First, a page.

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Young people’s mental health admissions require “multiple suicide attempts”

New research finds that the threshold to receive in-patient mental health care is too high, saying alternative community crisis services could be the answer.

27/01/23

Young people’s mental health admissions require “multiple suicide attempts”

Families are increasingly relying on ambulance and police services to deliver mental health support, particularly for those young people aged 16-17, a new report has found.

The report for Look Ahead also argues Accident and Emergency departments have become an ‘accidental hub’ for children and young people experiencing crisis but are ill-equipped to offer the treatment required.

It finds increasing demand for children and young people’s crisis mental health services amidst challenges with existing services. Researchers heard from professionals, service users and their families and carers found that this meant young people “had to have attempted suicide multiple times to be offered inpatient support.”

Based on in-depth interviews with service users, parents and carers, and NHS and social care staff from across England, the findings draw on experience of treating depression, anxiety, self-harm, suicidal thoughts and suicide attempts, eating disorders, addiction and psychosis.

The number of children and young people contacting mental health services rose by nearly a third from 2020 to 2021. Data also shows families are increasingly relying on ambulance and police services to deliver mental health support, particularly for those young people aged 16-17.

Accounts from patients and experts indicate that young people suffering the effects of mental health crisis are then frequently placed in unsuitable general paediatric wards alongside younger children, for ongoing medical monitoring.

Private sector providers now deliver the majority of support for hospitalised young people with mental health difficulties at “exceptionally high” cost. Where children and young people are referred away from general wards, the report highlights that 55% are looked after in the private sector, where costs for crisis CYPMH services, “are exceptionally high, and “do not always support young people in the most effective way”.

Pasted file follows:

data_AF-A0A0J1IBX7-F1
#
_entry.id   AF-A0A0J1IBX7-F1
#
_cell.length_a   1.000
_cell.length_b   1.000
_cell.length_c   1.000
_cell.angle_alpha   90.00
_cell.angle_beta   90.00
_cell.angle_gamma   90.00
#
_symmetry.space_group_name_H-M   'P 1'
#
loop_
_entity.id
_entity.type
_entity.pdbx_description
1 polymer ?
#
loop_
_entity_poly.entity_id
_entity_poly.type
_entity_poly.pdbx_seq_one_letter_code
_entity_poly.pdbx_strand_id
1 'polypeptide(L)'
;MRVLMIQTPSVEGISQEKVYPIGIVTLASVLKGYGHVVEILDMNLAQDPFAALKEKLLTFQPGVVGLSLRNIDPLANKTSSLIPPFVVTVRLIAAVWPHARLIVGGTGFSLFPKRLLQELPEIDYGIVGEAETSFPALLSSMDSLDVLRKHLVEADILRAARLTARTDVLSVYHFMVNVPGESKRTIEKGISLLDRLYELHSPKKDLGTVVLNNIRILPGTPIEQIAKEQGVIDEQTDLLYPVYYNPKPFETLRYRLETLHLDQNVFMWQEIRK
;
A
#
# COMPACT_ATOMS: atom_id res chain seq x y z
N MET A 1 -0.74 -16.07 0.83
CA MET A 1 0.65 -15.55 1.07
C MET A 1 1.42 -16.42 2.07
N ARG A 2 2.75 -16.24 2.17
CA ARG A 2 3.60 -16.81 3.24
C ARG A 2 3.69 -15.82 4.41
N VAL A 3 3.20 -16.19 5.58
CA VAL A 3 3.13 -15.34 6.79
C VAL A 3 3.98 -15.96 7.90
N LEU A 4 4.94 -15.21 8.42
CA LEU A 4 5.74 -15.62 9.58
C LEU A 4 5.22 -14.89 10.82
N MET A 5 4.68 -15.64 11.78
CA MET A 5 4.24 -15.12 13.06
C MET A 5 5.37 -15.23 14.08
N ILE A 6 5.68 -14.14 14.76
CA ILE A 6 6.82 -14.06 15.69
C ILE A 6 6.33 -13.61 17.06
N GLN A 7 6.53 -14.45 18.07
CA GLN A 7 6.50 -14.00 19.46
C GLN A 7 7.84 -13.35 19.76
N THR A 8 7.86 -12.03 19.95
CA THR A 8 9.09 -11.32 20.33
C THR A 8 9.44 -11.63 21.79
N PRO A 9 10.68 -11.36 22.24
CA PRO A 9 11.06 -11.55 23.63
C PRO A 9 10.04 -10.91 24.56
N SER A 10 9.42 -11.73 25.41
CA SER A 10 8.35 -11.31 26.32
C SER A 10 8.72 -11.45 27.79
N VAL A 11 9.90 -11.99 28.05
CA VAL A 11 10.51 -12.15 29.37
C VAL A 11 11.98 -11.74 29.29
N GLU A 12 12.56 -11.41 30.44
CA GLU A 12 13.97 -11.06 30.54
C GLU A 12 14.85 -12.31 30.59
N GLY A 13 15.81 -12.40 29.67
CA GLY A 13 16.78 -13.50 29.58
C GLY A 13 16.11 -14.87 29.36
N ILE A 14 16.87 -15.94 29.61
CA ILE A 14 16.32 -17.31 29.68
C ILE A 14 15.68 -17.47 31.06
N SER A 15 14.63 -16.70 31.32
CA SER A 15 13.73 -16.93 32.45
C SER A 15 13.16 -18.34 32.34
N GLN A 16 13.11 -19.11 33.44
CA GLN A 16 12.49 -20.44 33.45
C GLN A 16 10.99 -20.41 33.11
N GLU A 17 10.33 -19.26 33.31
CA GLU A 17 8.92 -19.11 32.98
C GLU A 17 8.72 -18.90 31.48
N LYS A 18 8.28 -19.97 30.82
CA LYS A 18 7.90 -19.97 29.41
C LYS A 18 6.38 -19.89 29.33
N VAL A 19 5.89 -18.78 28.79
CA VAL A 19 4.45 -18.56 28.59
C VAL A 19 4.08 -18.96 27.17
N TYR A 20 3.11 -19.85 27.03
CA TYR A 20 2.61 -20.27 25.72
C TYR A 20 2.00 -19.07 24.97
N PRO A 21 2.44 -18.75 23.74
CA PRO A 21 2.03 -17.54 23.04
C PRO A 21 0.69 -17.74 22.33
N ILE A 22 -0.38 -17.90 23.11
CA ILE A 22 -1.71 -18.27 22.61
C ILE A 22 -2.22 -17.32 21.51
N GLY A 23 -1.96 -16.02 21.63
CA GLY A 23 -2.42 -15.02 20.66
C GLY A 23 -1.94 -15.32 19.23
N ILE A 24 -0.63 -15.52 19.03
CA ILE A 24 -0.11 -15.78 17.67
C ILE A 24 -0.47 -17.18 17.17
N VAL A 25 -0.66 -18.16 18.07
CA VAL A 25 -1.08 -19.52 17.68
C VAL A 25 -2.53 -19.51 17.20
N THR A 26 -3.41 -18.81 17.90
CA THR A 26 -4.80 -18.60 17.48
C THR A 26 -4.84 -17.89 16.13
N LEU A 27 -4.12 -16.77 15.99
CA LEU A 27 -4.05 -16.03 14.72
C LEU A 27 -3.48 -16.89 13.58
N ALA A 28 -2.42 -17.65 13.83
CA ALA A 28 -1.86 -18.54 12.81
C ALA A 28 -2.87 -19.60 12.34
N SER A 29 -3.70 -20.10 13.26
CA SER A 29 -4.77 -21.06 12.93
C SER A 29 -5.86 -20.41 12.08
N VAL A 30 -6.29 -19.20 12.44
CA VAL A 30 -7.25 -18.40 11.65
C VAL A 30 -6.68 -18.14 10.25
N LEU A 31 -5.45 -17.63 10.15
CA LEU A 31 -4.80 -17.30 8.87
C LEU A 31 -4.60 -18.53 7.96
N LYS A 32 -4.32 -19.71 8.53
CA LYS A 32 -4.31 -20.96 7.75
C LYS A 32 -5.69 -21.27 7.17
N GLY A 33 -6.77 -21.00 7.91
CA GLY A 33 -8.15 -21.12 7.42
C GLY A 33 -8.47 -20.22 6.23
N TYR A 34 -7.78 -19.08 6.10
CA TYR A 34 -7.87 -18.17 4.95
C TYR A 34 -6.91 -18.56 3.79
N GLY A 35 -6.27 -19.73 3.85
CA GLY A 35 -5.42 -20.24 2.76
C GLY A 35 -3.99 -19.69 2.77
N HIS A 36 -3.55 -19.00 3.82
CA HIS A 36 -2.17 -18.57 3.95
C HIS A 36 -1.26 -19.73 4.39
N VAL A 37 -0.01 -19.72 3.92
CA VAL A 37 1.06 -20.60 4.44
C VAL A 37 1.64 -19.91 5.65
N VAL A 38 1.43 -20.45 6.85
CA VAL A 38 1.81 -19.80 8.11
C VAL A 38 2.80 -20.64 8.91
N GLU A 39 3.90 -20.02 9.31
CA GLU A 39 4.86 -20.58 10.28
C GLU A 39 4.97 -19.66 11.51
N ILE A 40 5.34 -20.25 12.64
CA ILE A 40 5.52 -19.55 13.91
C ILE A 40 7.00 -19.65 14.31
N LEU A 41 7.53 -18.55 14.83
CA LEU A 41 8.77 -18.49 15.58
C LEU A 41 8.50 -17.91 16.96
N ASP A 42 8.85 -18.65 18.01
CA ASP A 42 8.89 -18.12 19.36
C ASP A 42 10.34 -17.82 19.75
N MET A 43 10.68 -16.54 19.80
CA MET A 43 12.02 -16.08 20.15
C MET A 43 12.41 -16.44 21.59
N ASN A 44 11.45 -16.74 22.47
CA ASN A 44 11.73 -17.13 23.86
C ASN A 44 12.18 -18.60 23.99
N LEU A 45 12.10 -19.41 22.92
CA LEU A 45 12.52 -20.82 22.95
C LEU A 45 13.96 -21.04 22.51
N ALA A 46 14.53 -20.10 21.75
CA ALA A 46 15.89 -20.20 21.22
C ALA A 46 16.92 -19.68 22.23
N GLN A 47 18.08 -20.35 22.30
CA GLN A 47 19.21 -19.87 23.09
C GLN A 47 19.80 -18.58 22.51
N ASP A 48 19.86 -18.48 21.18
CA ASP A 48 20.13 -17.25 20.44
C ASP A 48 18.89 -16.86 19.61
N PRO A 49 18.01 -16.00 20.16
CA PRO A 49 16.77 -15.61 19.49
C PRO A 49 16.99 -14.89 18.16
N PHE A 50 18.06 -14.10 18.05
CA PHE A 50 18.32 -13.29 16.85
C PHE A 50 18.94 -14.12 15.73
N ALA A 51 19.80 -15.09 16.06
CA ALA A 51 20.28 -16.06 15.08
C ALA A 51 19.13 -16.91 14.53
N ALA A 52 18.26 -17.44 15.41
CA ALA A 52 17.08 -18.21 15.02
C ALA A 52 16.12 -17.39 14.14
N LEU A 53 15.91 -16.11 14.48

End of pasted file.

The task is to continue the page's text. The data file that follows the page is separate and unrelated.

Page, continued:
Chris Hampson, Chief Executive of Look Ahead, said the deep challenges in mental health care crisis provision for young people is setting up a ticking timebomb for mental health services in the future – as young people become vulnerable adults.

The NHS is doing all it can in impossible circumstances, but the result is a service that both costs more than it should and helps too few of those in crisis.

This research shows how much more needs to be done to redirect funds towards early intervention and prevention, in particular through intensive supported housing as an alternative to hospital. These are the community services that can help people before they reach crisis point.”

The report recommends alternative community crisis services, including supported housing away from hospital settings to reduce pressure on A&E and reduce costs by more than 50%.

It identifies alternative commissioning routes for a new residential, community-based crisis service which sits outside hospital and could cost 52% less than existing services. Such services would be an alternative for those in mental health crisis, or for those who did not meet the current – very high – threshold for admission.

The report examines examples including The Hope Service, run by Surrey and Borders Partnership NHS Foundation Trust.

The service provides intensive community support to young people aged 11-18, preventing, or shortening, their admission to inpatient units. The Extended Hope Service also provides out of hours support for young people in crisis, offering mental health assessments and a unit to provide residential care for young people in crisis for up to 7 days.

The Hope Service is CQC and Ofsted registered, and is staffed by social workers, nurses, teachers, psychologists, art and drama therapists, psychiatrists, family therapists and activity workers. The team works with young people, their families and carers to co-produce a plan of care aimed at preventing the escalation of mental ill health or intensive social care support.

According to the report, an expansion of these housing and care facilities for young people in mental health crisis would make the best use of the government’s commitment to increase overall NHS mental healthcare funding by £2.3bn a year.

Financial modelling undertaken as part of the research demonstrates that specialised health and housing services for young people in mental health crisis could cost some 52% less than an equivalent stay in hospital, at £2,000 per week instead of £4,200.

“The findings of this research are devastating and should serve as a wake-up call for the Government on young people’s mental health,” Liberal Democrat Health Spokesperson, Daisy Cooper MP, said at the report launch.

“The harrowing interviews in this report lay bare just how desperate young people and their families are for treatment, and that there is nowhere to turn unless they have reached crisis point – sometimes many times.

“Expanding community support should be a no-brainer: it’s better for young people in mental health crisis and would save money in the public purses. Adopting this approach would be nothing short of a revolution in mental health care, saving thousands of people from ongoing ill-health in adulthood.”

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